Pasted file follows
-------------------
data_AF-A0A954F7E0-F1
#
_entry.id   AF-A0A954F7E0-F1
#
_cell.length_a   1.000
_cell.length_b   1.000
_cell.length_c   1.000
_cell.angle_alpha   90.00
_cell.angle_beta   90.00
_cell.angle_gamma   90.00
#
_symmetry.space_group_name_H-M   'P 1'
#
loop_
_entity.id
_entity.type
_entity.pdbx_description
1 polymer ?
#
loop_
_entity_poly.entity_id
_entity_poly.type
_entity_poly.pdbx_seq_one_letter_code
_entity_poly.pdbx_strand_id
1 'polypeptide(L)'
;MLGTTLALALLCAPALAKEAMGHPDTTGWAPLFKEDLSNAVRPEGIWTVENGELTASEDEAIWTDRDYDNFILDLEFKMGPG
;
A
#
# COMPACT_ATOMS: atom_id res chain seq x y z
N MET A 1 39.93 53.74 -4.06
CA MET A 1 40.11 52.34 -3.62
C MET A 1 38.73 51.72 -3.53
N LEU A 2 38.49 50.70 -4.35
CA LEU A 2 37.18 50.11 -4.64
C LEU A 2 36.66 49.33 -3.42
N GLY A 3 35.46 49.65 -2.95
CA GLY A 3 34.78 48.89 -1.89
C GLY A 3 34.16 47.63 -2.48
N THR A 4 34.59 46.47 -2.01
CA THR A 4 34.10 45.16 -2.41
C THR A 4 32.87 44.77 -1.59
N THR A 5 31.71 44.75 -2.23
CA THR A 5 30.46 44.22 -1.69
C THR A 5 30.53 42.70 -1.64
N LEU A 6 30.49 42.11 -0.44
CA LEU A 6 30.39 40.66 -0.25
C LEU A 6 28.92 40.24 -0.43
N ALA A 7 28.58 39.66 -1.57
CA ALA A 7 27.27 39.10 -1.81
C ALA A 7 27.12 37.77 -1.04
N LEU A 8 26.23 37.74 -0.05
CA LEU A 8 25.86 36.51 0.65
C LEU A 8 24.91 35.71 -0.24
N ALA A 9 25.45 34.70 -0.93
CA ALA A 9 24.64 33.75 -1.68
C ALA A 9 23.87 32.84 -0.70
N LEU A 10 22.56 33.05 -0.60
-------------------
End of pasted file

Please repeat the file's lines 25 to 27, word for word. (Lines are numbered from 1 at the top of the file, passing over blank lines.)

1 'polypeptide(L)'
;MLGTTLALALLCAPALAKEAMGHPDTTGWAPLFKEDLSNAVRPEGIWTVENGELTASEDEAIWTDRDYDNFILDLEFKMGPG
;